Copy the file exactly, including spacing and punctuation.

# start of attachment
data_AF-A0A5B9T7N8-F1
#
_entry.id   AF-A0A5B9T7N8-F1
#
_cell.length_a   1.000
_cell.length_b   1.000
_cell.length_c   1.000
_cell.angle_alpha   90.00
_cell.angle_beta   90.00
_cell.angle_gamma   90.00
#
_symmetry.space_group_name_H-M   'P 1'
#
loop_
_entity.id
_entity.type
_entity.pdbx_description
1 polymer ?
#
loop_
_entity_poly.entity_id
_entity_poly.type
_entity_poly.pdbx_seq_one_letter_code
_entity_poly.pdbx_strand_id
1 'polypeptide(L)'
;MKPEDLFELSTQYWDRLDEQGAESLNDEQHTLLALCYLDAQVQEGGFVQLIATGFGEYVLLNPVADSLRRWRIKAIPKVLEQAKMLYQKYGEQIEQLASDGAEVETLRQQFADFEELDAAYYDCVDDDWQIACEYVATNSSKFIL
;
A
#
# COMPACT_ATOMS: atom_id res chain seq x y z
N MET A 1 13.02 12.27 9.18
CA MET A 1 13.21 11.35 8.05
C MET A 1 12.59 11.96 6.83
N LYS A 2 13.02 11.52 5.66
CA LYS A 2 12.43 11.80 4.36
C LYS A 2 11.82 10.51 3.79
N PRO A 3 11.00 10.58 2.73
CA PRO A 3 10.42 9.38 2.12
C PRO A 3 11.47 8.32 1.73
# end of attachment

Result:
data_AF-A0A5B9T7N8-F1
#
_entry.id   AF-A0A5B9T7N8-F1
#
_cell.length_a   1.000
_cell.length_b   1.000
_cell.length_c   1.000
_cell.angle_alpha   90.00
_cell.angle_beta   90.00
_cell.angle_gamma   90.00
#
_symmetry.space_group_name_H-M   'P 1'
#
loop_
_entity.id
_entity.type
_entity.pdbx_description
1 polymer ?
#
loop_
_entity_poly.entity_id
_entity_poly.type
_entity_poly.pdbx_seq_one_letter_code
_entity_poly.pdbx_strand_id
1 'polypeptide(L)'
;MKPEDLFELSTQYWDRLDEQGAESLNDEQHTLLALCYLDAQVQEGGFVQLIATGFGEYVLLNPVADSLRRWRIKAIPKVLEQAKMLYQKYGEQIEQLASDGAEVETLRQQFADFEELDAAYYDCVDDDWQIACEYVATNSSKFIL
;
A
#
# COMPACT_ATOMS: atom_id res chain seq x y z
N MET A 1 13.02 12.27 9.18
CA MET A 1 13.21 11.35 8.05
C MET A 1 12.59 11.96 6.83
N LYS A 2 13.02 11.52 5.66
CA LYS A 2 12.43 11.80 4.36
C LYS A 2 11.82 10.51 3.79
N PRO A 3 11.00 10.58 2.73
CA PRO A 3 10.42 9.38 2.12
C PRO A 3 11.47 8.32 1.73